Living Life Well: Lessons From my Kids

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Mother’s Day is around the corner, which gets a lot of us thinking about our mothers and what they have taught us. As mothers, we teach constantly. We teach big life lessons – how to be kind; how to respect yourself. We teach little things that really matter – look both ways before crossing the street; wipe thoroughly (for everyone’s sake). We teach by doing. We teach by our words. We teach by example. It is constant.

But this transfer of knowledge is not one-sided. My kids have taught me so much about how to live life well

  1. Embrace “no.” There is power in the word. Know when to use it.
  2. Go for the easy laugh sometimes. An example, courtesy of my son:
    Son: Knock knock.
    Me: Who’s there?
    Son: Banana.
    Me: Banana who?
    Son: Poop.
    May not make you think or challenge your view of the world, but just try to come up with a funnier ending to that joke. I’m telling you, guys. Poop is funny.
  3. Bang stuff. Being loud is fun. As is banging.
  4. Hug freely. It just feels good.
  5. Sing.  We are a veritable rock opera in our house. A rock opera performed by incredibly untalented people about completely banal tasks. “Shoes shoes shoes and socks; shoes shoes shoes and socks; I like to put on my socks and the next thing I do is put on my shoes.” This is the kind of magic happening with our singing. Singing doesn’t need to be on key. It doesn’t need to make sense. Lyrics can and should be replaced with “poop,” “pee,” and “toilet” (see above). Just sing. It makes the time go faster, avoids frustration and can be really funny.
  6. Know when to ask for help. If you ask, you usually get it. And you can save yourself a lot of frustration.
  7. It’s okay to change your mind. Just hypothetically, suppose egg noodles are your favorite food. You want them every night for dinner. When anything else is presented for dinner, you may even cry a little. Sometimes, you may cry a lot. And then one day you decide you hate egg noodles. (Again, totally hypothetical here. This happened with tri-color pasta in our house, not egg noodles. Egg noodles are still going strong. At least as of yesterday.) But the lesson here is that things change. You don’t need to keep doing something just because you used to do it.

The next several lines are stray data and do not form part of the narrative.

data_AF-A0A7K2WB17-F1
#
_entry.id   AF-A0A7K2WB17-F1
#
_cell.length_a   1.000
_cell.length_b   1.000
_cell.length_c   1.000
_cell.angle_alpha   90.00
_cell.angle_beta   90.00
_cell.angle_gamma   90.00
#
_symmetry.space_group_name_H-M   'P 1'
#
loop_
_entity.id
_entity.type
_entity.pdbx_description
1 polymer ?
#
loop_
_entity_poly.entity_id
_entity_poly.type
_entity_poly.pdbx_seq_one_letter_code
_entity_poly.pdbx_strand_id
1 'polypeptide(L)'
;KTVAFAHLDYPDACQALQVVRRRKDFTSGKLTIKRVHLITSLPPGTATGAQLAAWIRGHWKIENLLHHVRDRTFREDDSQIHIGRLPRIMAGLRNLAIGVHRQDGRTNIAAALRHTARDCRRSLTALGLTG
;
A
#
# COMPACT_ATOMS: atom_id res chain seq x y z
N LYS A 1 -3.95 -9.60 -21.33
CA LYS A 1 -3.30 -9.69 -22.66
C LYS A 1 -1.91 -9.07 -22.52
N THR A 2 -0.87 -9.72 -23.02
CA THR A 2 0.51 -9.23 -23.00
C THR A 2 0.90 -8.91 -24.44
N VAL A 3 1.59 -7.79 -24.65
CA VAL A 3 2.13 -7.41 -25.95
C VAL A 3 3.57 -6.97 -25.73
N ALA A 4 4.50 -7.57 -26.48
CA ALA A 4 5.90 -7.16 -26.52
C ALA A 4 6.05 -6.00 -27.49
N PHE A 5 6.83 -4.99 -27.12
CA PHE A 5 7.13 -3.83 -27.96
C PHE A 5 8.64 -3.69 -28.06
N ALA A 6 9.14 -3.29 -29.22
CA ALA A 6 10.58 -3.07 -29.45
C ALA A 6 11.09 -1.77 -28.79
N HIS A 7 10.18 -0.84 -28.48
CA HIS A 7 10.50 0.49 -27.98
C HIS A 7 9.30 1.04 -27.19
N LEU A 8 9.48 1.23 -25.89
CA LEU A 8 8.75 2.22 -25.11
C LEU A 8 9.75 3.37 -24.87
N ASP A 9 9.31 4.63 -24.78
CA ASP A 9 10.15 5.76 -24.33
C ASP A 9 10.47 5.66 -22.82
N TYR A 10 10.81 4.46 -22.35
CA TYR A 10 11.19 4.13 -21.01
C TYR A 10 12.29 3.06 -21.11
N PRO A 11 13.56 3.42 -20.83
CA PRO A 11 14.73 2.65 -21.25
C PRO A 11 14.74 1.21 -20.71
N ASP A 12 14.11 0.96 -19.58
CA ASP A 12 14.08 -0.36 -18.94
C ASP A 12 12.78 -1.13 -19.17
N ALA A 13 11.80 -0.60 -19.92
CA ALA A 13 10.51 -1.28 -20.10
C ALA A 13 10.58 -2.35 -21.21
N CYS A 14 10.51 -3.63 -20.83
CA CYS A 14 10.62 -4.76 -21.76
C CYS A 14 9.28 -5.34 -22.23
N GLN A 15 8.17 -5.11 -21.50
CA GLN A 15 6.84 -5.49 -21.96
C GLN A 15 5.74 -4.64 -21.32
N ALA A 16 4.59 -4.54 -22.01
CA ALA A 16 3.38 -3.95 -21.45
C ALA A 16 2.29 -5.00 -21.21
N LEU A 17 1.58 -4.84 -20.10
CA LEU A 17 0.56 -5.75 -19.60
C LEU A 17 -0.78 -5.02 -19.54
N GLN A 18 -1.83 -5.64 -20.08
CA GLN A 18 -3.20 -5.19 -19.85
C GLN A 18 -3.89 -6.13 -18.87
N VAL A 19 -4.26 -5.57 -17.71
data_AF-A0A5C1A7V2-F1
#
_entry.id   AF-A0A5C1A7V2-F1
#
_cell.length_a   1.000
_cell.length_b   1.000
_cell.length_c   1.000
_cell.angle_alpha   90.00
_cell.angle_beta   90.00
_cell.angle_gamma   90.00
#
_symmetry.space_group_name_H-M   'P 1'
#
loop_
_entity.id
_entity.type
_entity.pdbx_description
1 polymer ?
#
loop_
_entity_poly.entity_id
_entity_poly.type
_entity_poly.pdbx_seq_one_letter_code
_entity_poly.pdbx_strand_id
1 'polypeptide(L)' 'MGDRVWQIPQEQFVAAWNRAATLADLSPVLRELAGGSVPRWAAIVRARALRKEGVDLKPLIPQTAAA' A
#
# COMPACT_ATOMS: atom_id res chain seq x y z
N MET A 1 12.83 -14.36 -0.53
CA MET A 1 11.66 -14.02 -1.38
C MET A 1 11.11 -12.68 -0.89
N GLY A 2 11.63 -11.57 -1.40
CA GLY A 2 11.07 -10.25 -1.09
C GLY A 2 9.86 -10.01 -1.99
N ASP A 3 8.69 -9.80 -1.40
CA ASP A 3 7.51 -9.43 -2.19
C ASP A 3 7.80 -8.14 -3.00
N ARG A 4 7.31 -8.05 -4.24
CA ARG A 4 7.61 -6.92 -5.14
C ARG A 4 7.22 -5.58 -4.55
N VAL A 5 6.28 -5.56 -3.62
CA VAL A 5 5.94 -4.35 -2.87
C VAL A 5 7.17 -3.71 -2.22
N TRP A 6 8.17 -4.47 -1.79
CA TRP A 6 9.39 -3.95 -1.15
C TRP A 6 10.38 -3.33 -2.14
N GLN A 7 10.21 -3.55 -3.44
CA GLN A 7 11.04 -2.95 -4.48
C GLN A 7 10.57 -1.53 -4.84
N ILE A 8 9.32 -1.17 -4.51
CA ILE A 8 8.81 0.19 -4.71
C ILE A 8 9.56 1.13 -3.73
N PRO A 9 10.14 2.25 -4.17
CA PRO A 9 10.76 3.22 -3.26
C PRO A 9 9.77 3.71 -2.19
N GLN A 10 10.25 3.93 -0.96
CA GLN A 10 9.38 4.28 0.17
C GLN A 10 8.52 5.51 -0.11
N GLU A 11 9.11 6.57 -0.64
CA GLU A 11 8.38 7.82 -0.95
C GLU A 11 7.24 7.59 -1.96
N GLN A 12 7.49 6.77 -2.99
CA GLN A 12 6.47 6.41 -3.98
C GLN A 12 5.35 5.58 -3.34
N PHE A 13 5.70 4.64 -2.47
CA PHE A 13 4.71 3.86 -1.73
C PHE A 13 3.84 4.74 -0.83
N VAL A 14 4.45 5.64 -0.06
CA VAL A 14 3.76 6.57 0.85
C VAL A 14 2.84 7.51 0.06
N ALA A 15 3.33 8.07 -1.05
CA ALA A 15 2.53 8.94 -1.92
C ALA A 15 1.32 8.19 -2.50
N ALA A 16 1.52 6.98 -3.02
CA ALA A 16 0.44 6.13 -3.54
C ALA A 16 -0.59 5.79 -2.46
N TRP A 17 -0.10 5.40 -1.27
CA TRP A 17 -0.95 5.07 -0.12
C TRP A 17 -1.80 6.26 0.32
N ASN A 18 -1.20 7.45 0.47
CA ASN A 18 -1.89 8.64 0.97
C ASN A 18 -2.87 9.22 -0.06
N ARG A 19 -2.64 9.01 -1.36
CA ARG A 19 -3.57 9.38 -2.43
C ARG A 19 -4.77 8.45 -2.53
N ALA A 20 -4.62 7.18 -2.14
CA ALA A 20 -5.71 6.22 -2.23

8. Run hard. Feel the pavement solid under your feet. Let the wind mess up your hair. Run so fast you feel like you may fall down. Don’t hold back anything.
  9. Bounce back. Cuts heal. Bruised egos mend. Fights resolve. Try not to dwell on it. Move past the pain and on to better things.
  10. Believe in the power of the Band-Aid. It has healing properties.
  11. There’s still a lot to learn. Kids make mistakes all the time. Calling a pogo stick a hobo stick; a pickup truck a hiccup truck. Language is hard! Figuring out the world is hard! Don’t be embarrassed when you get something wrong. Don’t be afraid to ask questions if you don’t know.
  12. Enjoy food. There is such a small window when you can really, truly love food unthinkingly. When is the last time you completely, 100 percent enjoyed an ice cream without having at least a fleeting thought that it is full of fat and calories and probably not the best food choice? When my kids get ice cream, it is pure, unabashed joy. It’s a special treat, and it is savored.
  13. Love your body. Appreciate how strong it is. Tell people how strong it is. Love all you have done with it. Look forward to what you will be able to do if you keep trying.
  14. Wear comfortable pants. Truth be told, I knew this rule going into parenthood, but it bears repeating.

What have your kids taught you?

8 responses to “Living Life Well: Lessons From my Kids

  1. Absolutely love this list, especially the singing one. I never, ever thought my mediocre voice would get this much practice.

    Another thing motherhood taught me: Get dirty. Fingerpainting is way more satisfying than daintily dabbing with a paint brush, and there is nothing better than stomping—or belly flopping—in a giant mud puddle. You can always wash your hands or take a bath, but try not to give up too many opportunities to get filthy.

    Liked by 1 person

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